STUDIES AVAILABLE OF GINGER
Sources :- http://www.pubmedcentral.nih.gov
1. Biosci Biotechnol Biochem. 2010 Oct 7. [Epub ahead of print]
The Effects of High Hydrostatic Pressure Treatment on the Flavor and Color of
Yamaguchi K, Kato T, Noma S, Igura N, Shimoda M.
Laboratory of Food Process Engineering, Division of Food Biotechnology,Department of Bioscience and Biotechnology, Graduate School of Bioresource and Bioenvironmental Sciences, Kyushu University.
High hydrostatic pressure (HHP) was applied to grated ginger in order to inactivate quality-degrading enzymes in a non-thermal manner. The effects of HHP treatment on the flavor and the color of the grated ginger were investigated just after treatment and during storage. After HHP treatment (400 MPa, 5 min), geraniol dehydrogenase (GeDH) was inactivated to less than 5%, but the activity of polyphenol oxidase (PPO) was reduced only to 37%. Heat treatment (100 °C, 10 min) inactivated GeDH to 43% and PPO to about 10%. In storage, the reduction of geranial, neral, and citronellal to the corresponding alcohols was observed in the untreated and the heat-treated ginger, while it was not in the HHP-treated grated ginger. In the HHP-treated sample, terpene aldehydes almost disappeared without the formation of the corresponding alcohols. Browning was not observed immediately after HHP treatment, while it was complete in the heat-treated sample. The color change during storage appeared to reflect the residual activity of PPO.
PMID: 20944393 [PubMed - as supplied by publisher]
2. Curr Med Chem. 2010 Oct 13. [Epub ahead of print]
Disposition Pathways and Pharmacokinetics of Herbal Medicines in Humans.
He SM, Li CG, Liu JP, Chan E, Duan W, Zhou SF.
Department of Pharmaceutical Sciences, School of Pharmacy, University of South
Florida, Tampa, FL 33612, 12901 Bruce B., Downs Blvd., Tampa, FL 33612, USA.
Pharmacokinetic studies have become an integral part of modern drug development, but these studies are not regulatory needs for herbal remedies. This paper updates our current knowledge on the disposition pathways and pharmacokinetic properties of commonly used herbal medicines in humans. To retrieve relevant data, the authors have searched through computer-based literatures by full text search in Medline (via Pubmed), ScienceDirect, Current Contents Connect (ISI), Cochrance Library, CINAHL (EBSCO), CrossRef Search and Embase (all from inception to May 2010). Many herbal compounds undergo Phase I and/or Phase II metabolism in vivo, with cytochrome P450s (CYPs) and uridine diphosphate glucuronosyltransferases (UGTs) playing a major role. Some herbal ingredients are substrates of Pglycoprotein (P-gp) which is highly expressed in the intestine, liver, brain and kidney. As such, the activities of these drug metabolizing enzymes and drug transporters are determining factors for the in vivo bioavailability, disposition and distribution of herbal remedies. There are increasing pharmacokinetic studies of herbal remedies, but these studies are mainly focused on a small number of herbal remedies including St John's wort, milk thistle, sculcap, curcumin, echinacea, ginseng, ginkgo, and ginger. The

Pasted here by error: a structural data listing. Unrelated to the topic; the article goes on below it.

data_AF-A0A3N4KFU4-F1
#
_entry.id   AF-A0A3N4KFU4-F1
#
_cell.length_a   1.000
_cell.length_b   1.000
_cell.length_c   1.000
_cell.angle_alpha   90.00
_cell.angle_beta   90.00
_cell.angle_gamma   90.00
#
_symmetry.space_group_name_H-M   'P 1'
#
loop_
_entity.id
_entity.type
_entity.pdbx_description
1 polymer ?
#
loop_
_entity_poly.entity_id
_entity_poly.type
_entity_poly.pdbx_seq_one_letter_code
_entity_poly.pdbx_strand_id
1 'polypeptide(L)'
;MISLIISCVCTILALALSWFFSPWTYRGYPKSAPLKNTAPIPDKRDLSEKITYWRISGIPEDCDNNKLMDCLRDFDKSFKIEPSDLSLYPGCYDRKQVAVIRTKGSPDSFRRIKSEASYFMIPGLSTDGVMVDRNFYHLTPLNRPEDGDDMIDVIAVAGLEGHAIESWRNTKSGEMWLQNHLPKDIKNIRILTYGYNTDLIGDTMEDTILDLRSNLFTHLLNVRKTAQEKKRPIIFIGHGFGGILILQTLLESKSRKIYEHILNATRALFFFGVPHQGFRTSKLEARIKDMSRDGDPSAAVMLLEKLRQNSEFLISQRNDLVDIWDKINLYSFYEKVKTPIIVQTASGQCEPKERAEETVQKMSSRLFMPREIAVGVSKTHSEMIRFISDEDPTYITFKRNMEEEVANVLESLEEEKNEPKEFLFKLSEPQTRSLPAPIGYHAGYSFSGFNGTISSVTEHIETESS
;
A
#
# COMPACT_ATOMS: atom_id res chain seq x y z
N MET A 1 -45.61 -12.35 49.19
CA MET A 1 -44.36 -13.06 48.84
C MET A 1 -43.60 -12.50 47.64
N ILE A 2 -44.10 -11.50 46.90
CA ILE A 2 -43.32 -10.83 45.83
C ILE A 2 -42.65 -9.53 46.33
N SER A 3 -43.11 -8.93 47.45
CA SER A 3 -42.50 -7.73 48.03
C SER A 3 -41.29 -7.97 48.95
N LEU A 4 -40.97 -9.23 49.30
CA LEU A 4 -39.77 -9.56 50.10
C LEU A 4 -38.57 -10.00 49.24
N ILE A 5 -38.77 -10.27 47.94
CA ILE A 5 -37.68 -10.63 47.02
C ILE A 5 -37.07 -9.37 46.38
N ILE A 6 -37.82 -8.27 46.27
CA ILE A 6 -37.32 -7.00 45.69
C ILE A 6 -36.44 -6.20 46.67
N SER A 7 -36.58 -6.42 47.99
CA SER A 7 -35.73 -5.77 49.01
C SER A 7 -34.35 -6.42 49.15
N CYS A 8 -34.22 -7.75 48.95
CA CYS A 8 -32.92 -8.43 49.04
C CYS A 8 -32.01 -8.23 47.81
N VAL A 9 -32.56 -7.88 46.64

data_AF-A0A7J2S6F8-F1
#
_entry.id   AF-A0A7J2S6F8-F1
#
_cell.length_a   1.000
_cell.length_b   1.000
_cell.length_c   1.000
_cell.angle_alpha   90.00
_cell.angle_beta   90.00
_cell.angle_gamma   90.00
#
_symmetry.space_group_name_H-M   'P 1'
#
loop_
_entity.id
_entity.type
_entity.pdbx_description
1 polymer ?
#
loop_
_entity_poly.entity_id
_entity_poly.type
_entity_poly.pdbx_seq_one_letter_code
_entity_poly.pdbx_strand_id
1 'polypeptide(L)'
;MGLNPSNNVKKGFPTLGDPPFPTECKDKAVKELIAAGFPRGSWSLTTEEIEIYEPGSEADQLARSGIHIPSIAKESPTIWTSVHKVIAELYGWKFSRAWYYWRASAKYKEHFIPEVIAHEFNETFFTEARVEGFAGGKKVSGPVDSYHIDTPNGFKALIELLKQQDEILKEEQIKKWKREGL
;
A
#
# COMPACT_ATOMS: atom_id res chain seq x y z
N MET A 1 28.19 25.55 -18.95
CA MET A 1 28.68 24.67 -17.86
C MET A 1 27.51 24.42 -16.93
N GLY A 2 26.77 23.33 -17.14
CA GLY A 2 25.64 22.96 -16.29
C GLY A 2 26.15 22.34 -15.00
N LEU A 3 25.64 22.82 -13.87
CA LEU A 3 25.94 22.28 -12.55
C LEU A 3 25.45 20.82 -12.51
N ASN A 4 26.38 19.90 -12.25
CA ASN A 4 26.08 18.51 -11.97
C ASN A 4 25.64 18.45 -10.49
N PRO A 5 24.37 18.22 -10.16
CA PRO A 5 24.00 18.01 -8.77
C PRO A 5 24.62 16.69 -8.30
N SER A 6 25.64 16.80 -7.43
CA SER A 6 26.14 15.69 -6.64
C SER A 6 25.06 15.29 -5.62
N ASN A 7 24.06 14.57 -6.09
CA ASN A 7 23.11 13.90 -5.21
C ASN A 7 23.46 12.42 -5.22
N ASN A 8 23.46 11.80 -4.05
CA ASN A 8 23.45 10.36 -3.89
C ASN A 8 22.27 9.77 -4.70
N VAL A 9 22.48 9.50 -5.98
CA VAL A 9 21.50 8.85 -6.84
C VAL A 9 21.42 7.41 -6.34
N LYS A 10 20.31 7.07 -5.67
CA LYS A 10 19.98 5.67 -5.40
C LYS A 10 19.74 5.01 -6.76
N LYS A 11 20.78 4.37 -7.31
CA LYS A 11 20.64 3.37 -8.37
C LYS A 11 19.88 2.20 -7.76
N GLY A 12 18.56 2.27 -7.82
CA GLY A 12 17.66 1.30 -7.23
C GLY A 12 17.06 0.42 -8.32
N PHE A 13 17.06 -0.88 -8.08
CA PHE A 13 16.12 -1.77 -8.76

pharmacokinetic data of a small number of purified herbal ingredients, including anthocyanins, berberine, catechins, curcumin, lutein and quercetin, are
available. For the majority of herbal remedies used in folk medicines, data on their disposition and biological fate in humans are lacking or in paucity. For a
herbal medicine, the pharmacological effect is achieved when the bioactive agents or the metabolites reach and sustain proper levels at their sites of action. Both the dose levels and fates of active components in the body govern their target-site concentrations after administration of an herbal remedy. In this
regard, a safe and optimal use of herbal medicines requires a full understanding of their pharmacokinetic profiles. To optimize the use of herbal remedies,
further clinical studies to explore their biological fate including the disposition pathways and kinetics in the human body are certainly needed.
PMID: 20939821 [PubMed - as supplied by publisher]
3. J Toxicol Sci. 2010;35(5):663-71.
Protective effect of Etlingera elatior (torch ginger) extract on lead
acetate--induced hepatotoxicity in rats.
Haleagrahara N, Jackie T, Chakravarthi S, Rao M, Kulur A.
Human Biology Division, School of Medicine, International Medical University,
Bukit Jalil, Kuala Lumpur, Malaysia. firstname.lastname@example.org
Lead is known to disrupt the biological systems by altering the molecular interactions, cell signaling, and cellular function. Exposure to even low levels
of lead may have potential hazardous effects on brain, liver, kidneys and testes. The efficacy of Etlingera elatior (torch ginger) to protect hepatotoxicity